St Nicholas’ Church, Bramber
EDWARD THE CONFESSOR (1042-1066) gave the parish of Bramber (and nearby Steyning) to the Abbey of Fecamp in Normandy. As seen in the first blog (if you have been paying attention), when William the Conqueror took his place as King of England he granted the ‘Rape’ of Bramber to William de Braose but the monks of Fecamp still claimed rights to the land (see ‘Historical Note’ below). In 1073, de Braose, in competition with the Abbey of Fecamp, built the church of St Nicholas, just outside his castle’s gatehouse, for Beneditine monks of the Abbey of St Florence (Florent) at Sanmur in Anjou. In 1080, those monks moved from St Nicholas and established themselves at the Priory of Sele in Beeding (village next door) but St Nicholas remained as a religious centre for the occupants of Bramber.
Historical Note (not that the rest of this is not historical you understand): After Edward the Confessor died, new king, Harold, decided to cut Fecamp’s ties with St Cuthman in Steyning (along the road from Bramber – pay attention). William of Normandy (he hadn’t been upgraded to ‘Conquerer’ yet) was furious and planned retribution. And so Steyning maybe accountable for the cause of the Norman Conquest ……….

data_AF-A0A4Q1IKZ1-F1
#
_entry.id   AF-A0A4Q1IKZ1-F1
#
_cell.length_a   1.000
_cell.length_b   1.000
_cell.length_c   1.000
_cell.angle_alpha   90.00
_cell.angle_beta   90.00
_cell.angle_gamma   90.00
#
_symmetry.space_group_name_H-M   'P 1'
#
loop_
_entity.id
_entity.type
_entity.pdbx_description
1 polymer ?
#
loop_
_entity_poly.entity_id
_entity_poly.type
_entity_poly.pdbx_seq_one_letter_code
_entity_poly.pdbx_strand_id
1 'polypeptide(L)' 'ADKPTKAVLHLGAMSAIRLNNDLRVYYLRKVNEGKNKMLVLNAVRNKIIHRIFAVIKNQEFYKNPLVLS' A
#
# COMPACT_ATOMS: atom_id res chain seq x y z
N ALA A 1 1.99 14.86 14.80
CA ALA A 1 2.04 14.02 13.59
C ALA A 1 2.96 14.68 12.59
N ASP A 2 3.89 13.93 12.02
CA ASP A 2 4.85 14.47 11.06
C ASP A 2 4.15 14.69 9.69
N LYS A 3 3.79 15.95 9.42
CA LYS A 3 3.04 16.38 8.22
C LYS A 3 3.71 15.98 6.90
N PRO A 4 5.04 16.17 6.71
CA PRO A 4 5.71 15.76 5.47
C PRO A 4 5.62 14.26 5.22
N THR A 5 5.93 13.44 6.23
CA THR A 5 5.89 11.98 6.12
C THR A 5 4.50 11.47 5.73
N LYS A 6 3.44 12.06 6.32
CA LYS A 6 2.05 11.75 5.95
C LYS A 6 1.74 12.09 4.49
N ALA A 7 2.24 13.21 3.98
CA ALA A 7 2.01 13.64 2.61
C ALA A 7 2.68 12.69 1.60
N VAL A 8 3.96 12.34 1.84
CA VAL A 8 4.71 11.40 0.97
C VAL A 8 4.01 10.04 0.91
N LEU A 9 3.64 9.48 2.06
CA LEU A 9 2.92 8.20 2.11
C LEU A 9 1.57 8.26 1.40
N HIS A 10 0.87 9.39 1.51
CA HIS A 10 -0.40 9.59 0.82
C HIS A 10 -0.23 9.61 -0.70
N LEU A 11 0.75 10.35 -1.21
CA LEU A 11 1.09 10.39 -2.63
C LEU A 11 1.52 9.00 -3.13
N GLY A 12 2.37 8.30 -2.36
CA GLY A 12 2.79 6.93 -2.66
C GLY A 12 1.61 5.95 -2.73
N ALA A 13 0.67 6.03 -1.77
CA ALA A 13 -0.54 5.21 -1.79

Anyway, in 1085, William le Conq belatedly re-confirmed Fecamp Abbey’s claim to St Cuthman Church (now St Andrew’s in Steyning). This was not a good thing as it was to lead to various disputes between the Abbey’s monks at St Cuthman and Billy de Braose (we’ll call him Will de B). In fact, 3 court cases came to pass in 1086. The first involved the monks successfully stopping Will de B charging a 2d toll at Bramber bridge for boats to pass through to the Steyning port. In the second case, Will de B was ordered to fill in ditches he had dug to allow water from a tributary of the River Adur to flood the east side of the moat of his castle and to make it easier for water transportation to the castle. In both cases the monks of St Cuthman claimed they had the rights to the river – and the court obviously agreed. In the third case, the monks considered they had the rights to bury the Bramber dead at St Cuthman – and receive the burial fees. Again they were successful and burials at St Nicholas had to be dug up and reinterred at St Cuthman – along with payment of the burial fees. Monks with a mission!
Conjectural map of 12th century Bramber/Steyning (yellow circle is St Cuthman, white circle is Bramber Castle [ditches from tributary NE & SE], red circle is Bramber bridge)
Plan of St Nicholas over the years
See the above plan of St Nicholas over the years. The north and south transepts have disappeared entirely and the east apse was replaced with a chancel (in or around 1250), which has also since disappeared (after the civil war in the 17th century). Arches of all three are still visible on the outside walls. The single aisle and tower are original structures (well, the tower has needed some repairs – see pic below).
St Nicholas c 1770 – towerless